A Virginia federal court's recent decision in Southern Appalachian Mountain Stewards v. Red River Coal Co., clearing the defendant of liability for certain nonpermitted discharges, raises an issue relevant to any business operating in a highly regulated space: reliance on government regulators as a defense to civil liability, says Mitchell Morris of Butler Snow.

2nd Circ. Ruling May Cause Int'l Discovery Flurry In NY

The Second Circuit's recent Section 1782 decision in Application of Antonio Del Valle Ruiz could be particularly burdensome for New York–based offices of multinational companies, which may now be compelled to produce documents located abroad despite not being involved in any domestic litigation, say attorneys at Ropes & Gray.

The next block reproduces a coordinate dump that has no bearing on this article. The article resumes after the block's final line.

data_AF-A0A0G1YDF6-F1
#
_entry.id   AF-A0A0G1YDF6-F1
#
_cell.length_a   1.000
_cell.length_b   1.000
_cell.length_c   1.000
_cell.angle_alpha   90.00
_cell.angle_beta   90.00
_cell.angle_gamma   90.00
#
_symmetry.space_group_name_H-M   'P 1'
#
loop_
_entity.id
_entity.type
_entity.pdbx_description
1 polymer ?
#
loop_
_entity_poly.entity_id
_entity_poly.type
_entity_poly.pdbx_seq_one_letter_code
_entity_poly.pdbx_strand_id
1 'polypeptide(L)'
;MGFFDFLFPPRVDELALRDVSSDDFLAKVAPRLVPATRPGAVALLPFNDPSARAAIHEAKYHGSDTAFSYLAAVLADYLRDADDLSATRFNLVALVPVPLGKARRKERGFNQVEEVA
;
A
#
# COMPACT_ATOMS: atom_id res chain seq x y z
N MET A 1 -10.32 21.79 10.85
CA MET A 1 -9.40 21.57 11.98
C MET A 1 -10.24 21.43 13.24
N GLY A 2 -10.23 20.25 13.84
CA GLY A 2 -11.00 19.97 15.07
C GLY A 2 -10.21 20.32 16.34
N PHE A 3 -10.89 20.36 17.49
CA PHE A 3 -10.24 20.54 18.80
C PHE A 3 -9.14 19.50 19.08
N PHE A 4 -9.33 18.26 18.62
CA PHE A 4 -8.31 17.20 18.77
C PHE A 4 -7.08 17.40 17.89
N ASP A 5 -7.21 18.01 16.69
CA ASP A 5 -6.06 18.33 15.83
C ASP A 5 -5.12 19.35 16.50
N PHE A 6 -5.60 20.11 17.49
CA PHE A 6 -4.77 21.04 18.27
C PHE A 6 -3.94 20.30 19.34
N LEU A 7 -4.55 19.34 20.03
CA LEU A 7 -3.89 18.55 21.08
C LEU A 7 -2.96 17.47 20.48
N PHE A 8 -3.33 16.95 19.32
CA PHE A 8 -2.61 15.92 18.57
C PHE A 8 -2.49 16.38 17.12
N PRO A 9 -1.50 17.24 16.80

Stats Show Expert Declarations Can Help Avoid AIA Institution

An examination of more than 1,300 Patent Trial and Appeal Board cases, analyzing the effect of expert declarations on America Invents Act institution rates, reveals that including expert declarations reduces the aggregate institution rate for inter partes and post-grant reviews, says Brian Koide of Dunlap Bennett.

9th Circ. Ruling Returns Stability To Joint Employer Test

By applying a traditional control-type test to hold that McDonald’s was not a joint employer of its franchisee’s employees, the Ninth Circuit last week in Salazar v. McDonald’s injected a welcome dose of clarity and common sense into a volatile area of law, say Andrew Murphy and Lauren Linderman at FaegreBD.

Chinese Acquisitions Even More Uncertain In New CFIUS Era